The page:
8. Jun, 2017

Recent breakthroughs in the fight against Listeria Monocytogenes

The battle of commensal (normal, beneficial inhabitants) vs opportunistic bacteria is particularly important after antibiotic use.
 
Listeria Monocytogenes is a gram-positive bacterium responsible for a severe food-borne
disease characterised by meningitis (inflammation of brain & spinal cord), meningo-encephalitis (inflammation of membranes of brain & adjoining tissue), materno-foetal (mother & baby) and perinatal (immediately before & after birth) infections. It is also responsible for febrile (fever) gastroenteritis (symptoms include fever, headache, diarrhoea, nausea, vomiting, arthromyalgia and abdominal pain).
 
Researchers from the Memorial Sloan Kettering Cancer Center have found 4 species of the Clostridiales family protect against Listeria infection. The study also gives a fascinating insight into changes in the microbiome during late pregnancy.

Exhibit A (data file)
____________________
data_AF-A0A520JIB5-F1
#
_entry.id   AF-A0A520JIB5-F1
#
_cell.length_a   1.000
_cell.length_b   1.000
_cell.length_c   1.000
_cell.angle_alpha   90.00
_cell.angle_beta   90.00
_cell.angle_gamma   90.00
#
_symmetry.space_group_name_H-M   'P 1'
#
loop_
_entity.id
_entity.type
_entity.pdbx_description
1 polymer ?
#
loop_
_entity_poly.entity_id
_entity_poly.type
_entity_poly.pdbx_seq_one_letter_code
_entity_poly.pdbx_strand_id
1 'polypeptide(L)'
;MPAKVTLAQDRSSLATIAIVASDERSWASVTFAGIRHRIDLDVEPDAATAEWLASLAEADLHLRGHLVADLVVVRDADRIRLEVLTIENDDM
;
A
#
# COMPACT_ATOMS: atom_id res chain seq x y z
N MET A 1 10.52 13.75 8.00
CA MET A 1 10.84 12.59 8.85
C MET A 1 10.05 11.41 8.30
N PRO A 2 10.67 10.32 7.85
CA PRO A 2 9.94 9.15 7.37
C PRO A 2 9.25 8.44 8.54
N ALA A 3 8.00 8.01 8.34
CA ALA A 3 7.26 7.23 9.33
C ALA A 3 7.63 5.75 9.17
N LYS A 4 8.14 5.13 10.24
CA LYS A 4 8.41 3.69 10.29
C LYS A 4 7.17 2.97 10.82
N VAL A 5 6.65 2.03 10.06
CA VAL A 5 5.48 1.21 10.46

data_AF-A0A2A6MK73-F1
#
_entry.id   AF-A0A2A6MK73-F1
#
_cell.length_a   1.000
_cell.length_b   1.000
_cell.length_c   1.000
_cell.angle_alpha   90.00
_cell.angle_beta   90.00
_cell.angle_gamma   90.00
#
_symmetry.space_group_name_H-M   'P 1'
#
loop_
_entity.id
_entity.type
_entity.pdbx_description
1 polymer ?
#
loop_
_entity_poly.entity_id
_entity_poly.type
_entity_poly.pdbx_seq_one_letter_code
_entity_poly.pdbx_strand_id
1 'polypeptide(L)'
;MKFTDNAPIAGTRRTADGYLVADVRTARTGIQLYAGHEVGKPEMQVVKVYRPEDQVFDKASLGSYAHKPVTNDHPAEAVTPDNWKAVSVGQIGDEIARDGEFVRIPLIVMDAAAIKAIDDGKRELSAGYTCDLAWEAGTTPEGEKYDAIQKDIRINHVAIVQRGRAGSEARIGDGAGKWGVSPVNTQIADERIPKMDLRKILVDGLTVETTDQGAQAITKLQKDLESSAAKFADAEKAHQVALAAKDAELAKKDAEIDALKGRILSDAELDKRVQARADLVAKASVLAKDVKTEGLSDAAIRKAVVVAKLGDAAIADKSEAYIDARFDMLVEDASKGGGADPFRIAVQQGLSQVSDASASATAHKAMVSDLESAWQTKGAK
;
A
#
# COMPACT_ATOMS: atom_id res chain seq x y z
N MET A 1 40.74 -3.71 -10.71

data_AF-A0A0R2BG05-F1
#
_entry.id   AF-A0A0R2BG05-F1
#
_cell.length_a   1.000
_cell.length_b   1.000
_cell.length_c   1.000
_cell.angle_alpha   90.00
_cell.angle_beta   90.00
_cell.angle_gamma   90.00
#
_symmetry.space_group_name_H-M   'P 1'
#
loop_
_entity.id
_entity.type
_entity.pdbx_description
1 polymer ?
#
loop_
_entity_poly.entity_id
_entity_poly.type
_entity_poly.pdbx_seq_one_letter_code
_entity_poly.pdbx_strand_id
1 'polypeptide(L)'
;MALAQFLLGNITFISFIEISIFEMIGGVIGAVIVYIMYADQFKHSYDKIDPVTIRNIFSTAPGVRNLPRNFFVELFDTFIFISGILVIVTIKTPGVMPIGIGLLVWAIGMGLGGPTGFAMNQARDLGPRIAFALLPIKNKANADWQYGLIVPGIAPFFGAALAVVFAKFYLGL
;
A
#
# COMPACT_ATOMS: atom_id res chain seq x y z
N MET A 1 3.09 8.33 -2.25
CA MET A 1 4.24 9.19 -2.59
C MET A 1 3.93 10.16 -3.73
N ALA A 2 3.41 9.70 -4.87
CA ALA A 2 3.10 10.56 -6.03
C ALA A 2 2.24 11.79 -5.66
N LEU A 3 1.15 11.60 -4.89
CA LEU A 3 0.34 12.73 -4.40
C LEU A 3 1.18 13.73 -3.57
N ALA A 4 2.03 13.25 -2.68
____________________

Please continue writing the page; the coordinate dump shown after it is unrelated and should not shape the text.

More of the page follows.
Last month, a study by the University of Southern Denmark also found that Omega 3 fatty acids deactivate the genes responsible for the virulence (severity) of Listeria, leaving it vulnerable to attack.
 
A study combining these findings could lead to a treatment for those vulnerable to Listeria infections such as infants and pregnant women!
 
References
 
Becattini, S, Littmann, ER, Carter, RA, Kim, SG, Morjaria, SM, Ling, L, Gyaltshen, Y, Fontana, E, Taur, Y, Leiner, IM & Pamer, EG 2017, 'Commensal microbes provide first line defense against Listeria monocytogenes infection', The Journal of Experimental Medicine, http://jem.rupress.org/content/early/2017/06/05/jem.20170495?PR=
 
 
Cossart, P & Toledo-Arana, A 2008, 'Listeria monocytogenes, a unique model in infection biology: an overview', Microbes and Infection, vol. 10, no. 9, pp. 1041-1050.
 
Ooi, ST & Lorber, B 2005, 'Gastroenteritis Due to Listeria monocytogenes', Clinical Infectious Diseases, vol. 40, no. 9, pp. 1327-1332.
 
Sternkopf Lillebæk, E, Lambert Nielsen, S, Scheel Thomasen, R, Færgeman, N & Kallipolitis, B 2017, 'Antimicrobial medium- and long-chain free fatty acids prevent PrfA-dependent activation of virulence genes in Listeria monocytogenes', Research in Microbiology, http://www.sciencedirect.com/science/article/pii/S0923250817300621